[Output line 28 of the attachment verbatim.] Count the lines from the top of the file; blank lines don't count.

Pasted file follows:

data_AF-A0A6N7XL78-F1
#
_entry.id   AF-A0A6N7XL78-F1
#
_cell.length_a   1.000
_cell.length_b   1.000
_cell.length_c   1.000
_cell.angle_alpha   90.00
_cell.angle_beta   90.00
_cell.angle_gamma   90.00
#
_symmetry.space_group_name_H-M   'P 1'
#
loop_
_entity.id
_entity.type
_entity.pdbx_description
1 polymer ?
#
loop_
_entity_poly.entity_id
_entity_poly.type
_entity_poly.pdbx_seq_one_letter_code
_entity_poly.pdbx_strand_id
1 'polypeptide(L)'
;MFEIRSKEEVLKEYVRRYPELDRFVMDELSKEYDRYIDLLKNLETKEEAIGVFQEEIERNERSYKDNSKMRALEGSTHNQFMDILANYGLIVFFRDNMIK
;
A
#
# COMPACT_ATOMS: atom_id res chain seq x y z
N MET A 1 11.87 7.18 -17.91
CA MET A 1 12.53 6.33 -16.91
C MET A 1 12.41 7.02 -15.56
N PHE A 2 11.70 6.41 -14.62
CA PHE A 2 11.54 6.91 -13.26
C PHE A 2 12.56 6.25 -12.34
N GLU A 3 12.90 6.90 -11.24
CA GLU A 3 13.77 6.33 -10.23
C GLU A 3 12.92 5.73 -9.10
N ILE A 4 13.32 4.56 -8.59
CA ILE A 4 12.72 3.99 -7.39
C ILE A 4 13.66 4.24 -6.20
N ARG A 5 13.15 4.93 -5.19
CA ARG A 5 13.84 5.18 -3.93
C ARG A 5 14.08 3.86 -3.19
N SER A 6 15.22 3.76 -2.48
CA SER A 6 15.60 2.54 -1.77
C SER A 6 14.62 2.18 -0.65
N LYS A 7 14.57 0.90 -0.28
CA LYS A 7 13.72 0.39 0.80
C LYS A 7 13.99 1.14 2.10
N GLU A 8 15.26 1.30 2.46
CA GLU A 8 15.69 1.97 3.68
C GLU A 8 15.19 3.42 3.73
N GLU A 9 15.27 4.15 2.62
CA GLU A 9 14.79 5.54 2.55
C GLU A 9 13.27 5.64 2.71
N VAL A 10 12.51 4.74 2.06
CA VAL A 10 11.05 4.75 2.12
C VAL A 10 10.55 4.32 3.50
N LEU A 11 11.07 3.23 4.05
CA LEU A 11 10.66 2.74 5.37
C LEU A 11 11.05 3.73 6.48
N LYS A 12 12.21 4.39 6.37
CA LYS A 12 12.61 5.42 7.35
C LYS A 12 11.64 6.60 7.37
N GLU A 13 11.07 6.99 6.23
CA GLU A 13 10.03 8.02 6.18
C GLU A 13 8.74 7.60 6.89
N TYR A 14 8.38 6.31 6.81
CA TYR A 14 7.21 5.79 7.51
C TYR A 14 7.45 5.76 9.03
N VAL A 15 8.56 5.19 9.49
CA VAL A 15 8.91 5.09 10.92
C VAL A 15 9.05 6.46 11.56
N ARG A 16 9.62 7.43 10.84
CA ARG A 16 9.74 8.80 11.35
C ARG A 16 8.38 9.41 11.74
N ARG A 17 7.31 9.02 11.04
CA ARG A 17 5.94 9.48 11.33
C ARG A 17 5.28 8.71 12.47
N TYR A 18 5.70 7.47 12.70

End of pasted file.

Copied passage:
A